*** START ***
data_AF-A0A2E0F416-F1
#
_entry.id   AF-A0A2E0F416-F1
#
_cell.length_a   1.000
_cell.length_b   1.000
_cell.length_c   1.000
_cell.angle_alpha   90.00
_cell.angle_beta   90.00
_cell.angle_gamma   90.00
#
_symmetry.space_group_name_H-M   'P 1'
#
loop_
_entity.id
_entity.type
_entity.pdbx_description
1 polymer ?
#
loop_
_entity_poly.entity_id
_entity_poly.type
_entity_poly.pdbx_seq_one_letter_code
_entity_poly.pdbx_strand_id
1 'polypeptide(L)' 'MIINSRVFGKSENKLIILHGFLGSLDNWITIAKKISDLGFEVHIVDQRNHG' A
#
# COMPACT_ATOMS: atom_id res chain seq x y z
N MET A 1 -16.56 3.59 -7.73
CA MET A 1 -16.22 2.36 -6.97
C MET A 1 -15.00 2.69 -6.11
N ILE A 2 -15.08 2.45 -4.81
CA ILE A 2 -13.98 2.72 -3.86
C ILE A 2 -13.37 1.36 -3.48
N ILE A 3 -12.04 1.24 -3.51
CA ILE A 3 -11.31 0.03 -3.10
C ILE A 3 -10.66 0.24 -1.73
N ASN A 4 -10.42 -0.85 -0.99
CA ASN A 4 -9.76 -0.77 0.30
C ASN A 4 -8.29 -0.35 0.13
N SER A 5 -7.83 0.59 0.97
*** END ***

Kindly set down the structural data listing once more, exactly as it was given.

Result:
data_AF-A0A2E0F416-F1
#
_entry.id   AF-A0A2E0F416-F1
#
_cell.length_a   1.000
_cell.length_b   1.000
_cell.length_c   1.000
_cell.angle_alpha   90.00
_cell.angle_beta   90.00
_cell.angle_gamma   90.00
#
_symmetry.space_group_name_H-M   'P 1'
#
loop_
_entity.id
_entity.type
_entity.pdbx_description
1 polymer ?
#
loop_
_entity_poly.entity_id
_entity_poly.type
_entity_poly.pdbx_seq_one_letter_code
_entity_poly.pdbx_strand_id
1 'polypeptide(L)' 'MIINSRVFGKSENKLIILHGFLGSLDNWITIAKKISDLGFEVHIVDQRNHG' A
#
# COMPACT_ATOMS: atom_id res chain seq x y z
N MET A 1 -16.56 3.59 -7.73
CA MET A 1 -16.22 2.36 -6.97
C MET A 1 -15.00 2.69 -6.11
N ILE A 2 -15.08 2.45 -4.81
CA ILE A 2 -13.98 2.72 -3.86
C ILE A 2 -13.37 1.36 -3.48
N ILE A 3 -12.04 1.24 -3.51
CA ILE A 3 -11.31 0.03 -3.10
C ILE A 3 -10.66 0.24 -1.73
N ASN A 4 -10.42 -0.85 -0.99
CA ASN A 4 -9.76 -0.77 0.30
C ASN A 4 -8.29 -0.35 0.13
N SER A 5 -7.83 0.59 0.97